We climb over a dune hill and start to head down the other side, admiring the wildflowers in bloom. A sulphur crested cockatoo flies down low and glides along the path with a final upswing onto a branch overhanging the path and raises his crest with a quizzical look at us over his shoulder. The bushland here is pristine and the smell of this coastal forest takes me back to childhood in an instant. This is the same sort of bushland you get around Pittwater and the northern sydney beaches.
We're not real sure where we are going as the track we took is not marked on the map but after a time we come to an intersection with what I take to be the Yena track and speak briefly with a solo bike rider passing by.
She's not sure it's the Yena track but she thinks it may be. We turn in the opposite way to that suggested by hubby - he has a terrible sense of direction - and again after a short while we find a narrow post with an arrow on it suggesting we might like to turn up another narrow walking track. It's heading in roughly the way we want to go so we take a drink from our back pack and move along that way. As we travel we are greeted by a superb display of flannel flowers which supplement the various yellow pea flowers we have been enjoying along the way. The flannel flowers are as high as I am in places and clearly thriving. What a delight!

Eventually we emerge from the shade of the forest into the heathland and are greeted by glorious views across to La Perouse and up the eastern coastline. The picture below doesn't come close to doing the scene justice of course... but just as well, you surely want to experience it for yourself.. The heath is also abundantly flowering. Along with the flannel flowers (which are shorter here in the full sun) there are the yellow pea flowers, some blue lechenaultia (?) white pimelia type flowers and various heaths with their dainty white stars in densely packed columns.

Further along still we start to get the glorious rich crimson and white of the fuschia heath - epacris longiflora - packed with flowers and dotted all over the heathland. It is such a beautiful wildflower. There's also eriostemon with it's lovely starry white flowers. This is fantastic! When we set out I wasn't thinking about it being spring wildflower season again already. The New Holland honeyeaters are occassionally flitting over.
I never enjoyed heathland as a child. Forests were my thing and the deeper and shadier the better. Burning so easily in the sun was part of it I'm sure. As I get older I am finding I really enjoy the heathland and appreciate the delicate beauty of its wildflowers and dense green mosses. .. I still wouldn't be keen to walk through in the height of summer at this time of day though!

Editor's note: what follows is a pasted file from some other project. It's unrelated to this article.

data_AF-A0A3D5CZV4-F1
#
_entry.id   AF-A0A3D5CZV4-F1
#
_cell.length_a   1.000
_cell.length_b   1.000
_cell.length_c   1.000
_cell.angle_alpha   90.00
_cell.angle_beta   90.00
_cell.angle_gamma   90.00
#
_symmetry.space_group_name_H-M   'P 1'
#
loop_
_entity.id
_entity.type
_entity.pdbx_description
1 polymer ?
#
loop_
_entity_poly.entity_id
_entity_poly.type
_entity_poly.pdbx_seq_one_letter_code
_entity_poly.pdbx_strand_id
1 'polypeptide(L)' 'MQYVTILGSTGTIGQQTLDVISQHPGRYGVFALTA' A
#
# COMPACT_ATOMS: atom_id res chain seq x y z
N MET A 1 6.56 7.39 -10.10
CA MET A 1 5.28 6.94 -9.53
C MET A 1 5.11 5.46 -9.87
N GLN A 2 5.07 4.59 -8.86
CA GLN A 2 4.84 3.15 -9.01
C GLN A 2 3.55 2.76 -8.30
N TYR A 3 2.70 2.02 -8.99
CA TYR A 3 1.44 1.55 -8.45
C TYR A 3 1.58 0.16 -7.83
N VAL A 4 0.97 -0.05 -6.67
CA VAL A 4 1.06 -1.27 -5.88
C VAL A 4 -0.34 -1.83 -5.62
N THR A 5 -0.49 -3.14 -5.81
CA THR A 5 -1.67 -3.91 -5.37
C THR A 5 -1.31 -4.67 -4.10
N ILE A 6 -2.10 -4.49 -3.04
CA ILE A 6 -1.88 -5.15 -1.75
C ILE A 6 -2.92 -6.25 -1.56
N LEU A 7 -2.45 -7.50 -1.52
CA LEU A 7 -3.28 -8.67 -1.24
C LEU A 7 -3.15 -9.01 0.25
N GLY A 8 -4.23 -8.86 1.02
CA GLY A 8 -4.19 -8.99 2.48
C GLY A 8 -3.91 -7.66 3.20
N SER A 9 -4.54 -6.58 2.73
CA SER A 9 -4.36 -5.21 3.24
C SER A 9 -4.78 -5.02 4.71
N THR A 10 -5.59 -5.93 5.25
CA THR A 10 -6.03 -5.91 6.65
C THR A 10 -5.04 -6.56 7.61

The path at this point is basically bare sandstone patches between the shrubbery. We start to see some decidedly industrial chimney stacks to the south, and then a huge storage tank of some sort. We can see the ocean so we are clearly heading in the right direction. Finally we come to a lookout and carpark with toilet facilities perched just behind some impressive cliffs. We have arrived at Cape Solander lookout. We spend a little time admiring the waves crashing on the rocks. Snap a few photos. A short sit at the picnic table in the whale watching shelter. A bit of a brief look at the whale identification charts. Then we're on the move again.
We choose to walk along the road to the Yena picnic area. The nicest aspect of this walk was the flowering tea trees bordering the road. The detour off the road slightly to look over the picnic area, which is shadeless and has ocean views. We thought it was pretty ugly, so we move on, heading up the Yena track when we come to it. This section passes through some tall trees on either side of the path. Still some wildflowers and tea tree. It's an immediate improvement on the main drag. We come to the intersection we passed earlier in our walk and head on down towards the visitor centre. There is a boardwalk with signs identifying some of the trees and shrubs so we follow that. Very pleasant and we enjoy it but it's not as beautiful as other parts of the walk. Back at the carpark, we take the drive out to Cape Solander to check it out from a vehicle perspective. We think the drive is pretty dull and the lookouts pretty average for coastal Sydney. From the road you would never guess the floral splendour hidden amongst the heathland or in the deeper parts of the bushland behind it. .... This is not the kind of landscape that is best appreciated at speed. If you didn't walk in this park you could be forgiven for wondering "why bother" but the walking was delightful.
We also saw some great birding sights along the way. Birds at nesting hollows and of course those fairy wrens. The beautiful call of spotted pardalotes and butcherbirds. All pretty special. We head off home for rest before lighting the barbie for dinner.. our appetites whetted by the smell of bbq smoke in the picnic grounds. We've been in the park for about 3 hrs I guess. I make a mental note to come back for a family picnic with the grandchildren.

PS the bbq dinner was delicious :o)